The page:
Beating a Dead Horse
Beating a dead horse, alternatively flogging a dead horse or beating a dead dog is an idiomatic phrase, used for referring to efforts which are futile, because their goal is impossible to achieve.
“Beating a dead horse” is widely attributed to British politician John Bright who first used the expression in the House of Commons in 1859, giving voice to his dissatisfaction with the results of his efforts promoting parliamentary reform.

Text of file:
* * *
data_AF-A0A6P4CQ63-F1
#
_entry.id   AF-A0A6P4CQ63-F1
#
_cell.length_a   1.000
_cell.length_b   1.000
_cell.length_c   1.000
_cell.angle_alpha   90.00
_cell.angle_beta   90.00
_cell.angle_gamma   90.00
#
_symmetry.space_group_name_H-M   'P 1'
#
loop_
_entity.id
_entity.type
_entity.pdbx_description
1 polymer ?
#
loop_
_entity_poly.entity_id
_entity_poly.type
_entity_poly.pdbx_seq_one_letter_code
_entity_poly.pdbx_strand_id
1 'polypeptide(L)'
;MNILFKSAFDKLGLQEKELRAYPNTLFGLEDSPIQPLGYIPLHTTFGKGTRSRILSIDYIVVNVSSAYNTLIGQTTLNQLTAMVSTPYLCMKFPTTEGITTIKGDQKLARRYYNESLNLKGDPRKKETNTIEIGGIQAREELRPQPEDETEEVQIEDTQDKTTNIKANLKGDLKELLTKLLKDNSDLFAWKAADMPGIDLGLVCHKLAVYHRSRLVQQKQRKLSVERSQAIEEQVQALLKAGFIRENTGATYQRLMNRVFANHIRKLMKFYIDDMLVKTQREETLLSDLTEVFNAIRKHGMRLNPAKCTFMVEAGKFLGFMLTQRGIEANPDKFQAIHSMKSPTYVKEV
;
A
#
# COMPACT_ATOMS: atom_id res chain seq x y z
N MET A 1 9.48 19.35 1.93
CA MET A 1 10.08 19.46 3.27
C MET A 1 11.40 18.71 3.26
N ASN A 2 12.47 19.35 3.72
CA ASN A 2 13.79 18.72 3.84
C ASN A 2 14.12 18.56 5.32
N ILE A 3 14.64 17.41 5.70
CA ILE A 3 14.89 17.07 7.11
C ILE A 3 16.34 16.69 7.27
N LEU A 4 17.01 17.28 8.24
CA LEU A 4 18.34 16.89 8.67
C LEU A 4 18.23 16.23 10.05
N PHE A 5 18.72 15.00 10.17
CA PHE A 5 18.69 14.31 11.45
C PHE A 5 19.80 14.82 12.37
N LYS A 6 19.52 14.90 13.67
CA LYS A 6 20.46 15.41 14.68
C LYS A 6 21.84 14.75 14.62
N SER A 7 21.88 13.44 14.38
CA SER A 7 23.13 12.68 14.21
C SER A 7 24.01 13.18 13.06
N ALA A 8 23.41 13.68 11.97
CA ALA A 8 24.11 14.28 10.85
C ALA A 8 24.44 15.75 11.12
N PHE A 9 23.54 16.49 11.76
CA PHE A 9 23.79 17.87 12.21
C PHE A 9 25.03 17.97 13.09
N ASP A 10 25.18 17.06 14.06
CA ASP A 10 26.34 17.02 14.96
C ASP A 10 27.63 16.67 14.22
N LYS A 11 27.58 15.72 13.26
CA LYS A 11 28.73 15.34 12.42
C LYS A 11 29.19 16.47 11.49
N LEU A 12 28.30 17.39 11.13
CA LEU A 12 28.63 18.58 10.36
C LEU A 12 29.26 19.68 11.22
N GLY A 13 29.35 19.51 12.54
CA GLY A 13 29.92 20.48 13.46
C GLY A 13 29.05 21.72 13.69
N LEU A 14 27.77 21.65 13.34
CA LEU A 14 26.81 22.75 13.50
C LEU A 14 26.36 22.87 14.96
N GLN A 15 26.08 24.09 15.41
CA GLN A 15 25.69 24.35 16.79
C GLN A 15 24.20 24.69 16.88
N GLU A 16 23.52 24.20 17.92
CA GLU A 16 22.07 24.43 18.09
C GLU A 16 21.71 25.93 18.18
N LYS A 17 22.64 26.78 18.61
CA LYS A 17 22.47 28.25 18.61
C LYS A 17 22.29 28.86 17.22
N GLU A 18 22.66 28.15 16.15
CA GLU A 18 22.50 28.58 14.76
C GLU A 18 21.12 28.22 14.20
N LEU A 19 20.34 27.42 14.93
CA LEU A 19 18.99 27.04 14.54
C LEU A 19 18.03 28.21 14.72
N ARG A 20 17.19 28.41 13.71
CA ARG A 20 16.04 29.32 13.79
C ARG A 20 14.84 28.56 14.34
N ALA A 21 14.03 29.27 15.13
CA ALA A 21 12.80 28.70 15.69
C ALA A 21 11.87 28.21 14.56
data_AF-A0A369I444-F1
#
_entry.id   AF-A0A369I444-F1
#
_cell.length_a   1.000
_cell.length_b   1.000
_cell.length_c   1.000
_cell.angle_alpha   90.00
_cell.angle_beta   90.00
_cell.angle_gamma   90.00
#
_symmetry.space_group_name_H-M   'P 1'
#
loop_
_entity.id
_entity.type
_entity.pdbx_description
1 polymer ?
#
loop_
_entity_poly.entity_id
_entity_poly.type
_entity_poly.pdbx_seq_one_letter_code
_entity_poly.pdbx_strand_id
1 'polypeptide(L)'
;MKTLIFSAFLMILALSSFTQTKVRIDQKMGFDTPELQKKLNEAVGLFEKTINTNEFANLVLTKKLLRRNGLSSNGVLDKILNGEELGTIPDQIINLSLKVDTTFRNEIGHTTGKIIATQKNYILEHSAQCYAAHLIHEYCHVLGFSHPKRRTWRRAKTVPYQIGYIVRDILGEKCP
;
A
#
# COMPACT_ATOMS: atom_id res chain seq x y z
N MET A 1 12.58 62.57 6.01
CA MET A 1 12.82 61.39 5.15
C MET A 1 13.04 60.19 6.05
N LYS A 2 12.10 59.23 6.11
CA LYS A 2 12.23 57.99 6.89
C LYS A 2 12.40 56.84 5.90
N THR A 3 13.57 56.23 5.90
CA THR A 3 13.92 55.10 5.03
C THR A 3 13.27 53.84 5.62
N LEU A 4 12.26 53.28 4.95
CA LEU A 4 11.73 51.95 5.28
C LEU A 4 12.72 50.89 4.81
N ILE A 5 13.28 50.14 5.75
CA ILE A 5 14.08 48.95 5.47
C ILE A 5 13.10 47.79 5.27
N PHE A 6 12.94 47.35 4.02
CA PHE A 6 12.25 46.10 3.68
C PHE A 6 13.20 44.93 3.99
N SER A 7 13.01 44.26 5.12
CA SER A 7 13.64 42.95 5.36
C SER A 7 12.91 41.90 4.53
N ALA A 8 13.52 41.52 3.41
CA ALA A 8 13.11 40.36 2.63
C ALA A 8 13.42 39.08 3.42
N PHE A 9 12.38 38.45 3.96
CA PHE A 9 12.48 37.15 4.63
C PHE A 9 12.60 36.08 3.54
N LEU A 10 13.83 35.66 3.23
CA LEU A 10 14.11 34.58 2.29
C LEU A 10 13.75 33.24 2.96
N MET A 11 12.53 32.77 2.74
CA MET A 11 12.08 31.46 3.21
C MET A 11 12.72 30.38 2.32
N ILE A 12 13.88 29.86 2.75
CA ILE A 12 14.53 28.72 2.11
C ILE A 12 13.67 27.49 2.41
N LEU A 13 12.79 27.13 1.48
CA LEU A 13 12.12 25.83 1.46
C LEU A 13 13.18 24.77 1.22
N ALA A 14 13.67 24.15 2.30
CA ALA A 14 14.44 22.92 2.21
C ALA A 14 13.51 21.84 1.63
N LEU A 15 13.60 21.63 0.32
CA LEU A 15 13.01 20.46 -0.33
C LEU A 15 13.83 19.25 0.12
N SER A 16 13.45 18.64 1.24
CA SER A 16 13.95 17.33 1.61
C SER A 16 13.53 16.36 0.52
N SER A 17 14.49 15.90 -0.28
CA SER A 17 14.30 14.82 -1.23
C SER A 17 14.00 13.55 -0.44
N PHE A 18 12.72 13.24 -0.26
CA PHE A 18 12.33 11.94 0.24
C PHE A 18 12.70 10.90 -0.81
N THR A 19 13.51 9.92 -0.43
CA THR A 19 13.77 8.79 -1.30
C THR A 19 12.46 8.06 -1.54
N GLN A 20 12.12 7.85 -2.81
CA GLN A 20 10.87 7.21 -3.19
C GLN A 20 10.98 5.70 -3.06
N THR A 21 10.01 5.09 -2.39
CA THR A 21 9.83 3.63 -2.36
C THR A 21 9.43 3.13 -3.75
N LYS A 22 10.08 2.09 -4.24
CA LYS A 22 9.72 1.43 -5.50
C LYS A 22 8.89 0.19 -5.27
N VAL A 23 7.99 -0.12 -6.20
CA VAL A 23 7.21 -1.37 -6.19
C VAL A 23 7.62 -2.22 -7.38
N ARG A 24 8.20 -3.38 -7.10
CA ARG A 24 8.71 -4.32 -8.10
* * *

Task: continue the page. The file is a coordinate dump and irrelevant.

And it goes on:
The phrase was first noted in the Oxford English Dictionary in 1872.
Spread and Usage
“Beating a dead horse” turned into an idiomatic phrase over the years, appearing in some form all over the Anglosphere.
The earliest Urban Dictionary entry on the matter was written in 2004, with several other definitions that followed.